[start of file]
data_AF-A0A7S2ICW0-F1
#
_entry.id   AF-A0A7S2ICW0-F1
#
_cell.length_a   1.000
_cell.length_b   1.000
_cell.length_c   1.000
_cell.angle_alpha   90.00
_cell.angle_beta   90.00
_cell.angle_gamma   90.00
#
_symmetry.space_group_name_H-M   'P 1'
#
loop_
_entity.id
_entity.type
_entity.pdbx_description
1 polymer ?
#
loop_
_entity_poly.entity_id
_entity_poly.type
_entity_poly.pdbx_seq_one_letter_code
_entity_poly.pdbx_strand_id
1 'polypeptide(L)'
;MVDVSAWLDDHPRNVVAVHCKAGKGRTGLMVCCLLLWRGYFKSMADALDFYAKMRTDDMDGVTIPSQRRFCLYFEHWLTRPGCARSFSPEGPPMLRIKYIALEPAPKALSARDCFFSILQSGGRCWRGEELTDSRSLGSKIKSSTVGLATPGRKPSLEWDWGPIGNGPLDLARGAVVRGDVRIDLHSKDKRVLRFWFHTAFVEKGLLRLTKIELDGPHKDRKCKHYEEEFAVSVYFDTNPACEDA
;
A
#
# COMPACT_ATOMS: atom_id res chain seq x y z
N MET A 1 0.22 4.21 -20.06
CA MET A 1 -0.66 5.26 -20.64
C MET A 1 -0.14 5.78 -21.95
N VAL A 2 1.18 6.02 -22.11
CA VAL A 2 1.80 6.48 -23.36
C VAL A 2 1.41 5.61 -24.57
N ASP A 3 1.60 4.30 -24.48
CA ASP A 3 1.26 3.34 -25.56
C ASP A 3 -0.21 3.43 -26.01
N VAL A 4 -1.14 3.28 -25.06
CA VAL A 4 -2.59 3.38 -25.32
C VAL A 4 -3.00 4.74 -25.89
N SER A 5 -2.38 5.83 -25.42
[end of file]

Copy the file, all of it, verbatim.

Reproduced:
data_AF-A0A7S2ICW0-F1
#
_entry.id   AF-A0A7S2ICW0-F1
#
_cell.length_a   1.000
_cell.length_b   1.000
_cell.length_c   1.000
_cell.angle_alpha   90.00
_cell.angle_beta   90.00
_cell.angle_gamma   90.00
#
_symmetry.space_group_name_H-M   'P 1'
#
loop_
_entity.id
_entity.type
_entity.pdbx_description
1 polymer ?
#
loop_
_entity_poly.entity_id
_entity_poly.type
_entity_poly.pdbx_seq_one_letter_code
_entity_poly.pdbx_strand_id
1 'polypeptide(L)'
;MVDVSAWLDDHPRNVVAVHCKAGKGRTGLMVCCLLLWRGYFKSMADALDFYAKMRTDDMDGVTIPSQRRFCLYFEHWLTRPGCARSFSPEGPPMLRIKYIALEPAPKALSARDCFFSILQSGGRCWRGEELTDSRSLGSKIKSSTVGLATPGRKPSLEWDWGPIGNGPLDLARGAVVRGDVRIDLHSKDKRVLRFWFHTAFVEKGLLRLTKIELDGPHKDRKCKHYEEEFAVSVYFDTNPACEDA
;
A
#
# COMPACT_ATOMS: atom_id res chain seq x y z
N MET A 1 0.22 4.21 -20.06
CA MET A 1 -0.66 5.26 -20.64
C MET A 1 -0.14 5.78 -21.95
N VAL A 2 1.18 6.02 -22.11
CA VAL A 2 1.80 6.48 -23.36
C VAL A 2 1.41 5.61 -24.57
N ASP A 3 1.60 4.30 -24.48
CA ASP A 3 1.26 3.34 -25.56
C ASP A 3 -0.21 3.43 -26.01
N VAL A 4 -1.14 3.28 -25.06
CA VAL A 4 -2.59 3.38 -25.32
C VAL A 4 -3.00 4.74 -25.89
N SER A 5 -2.38 5.83 -25.42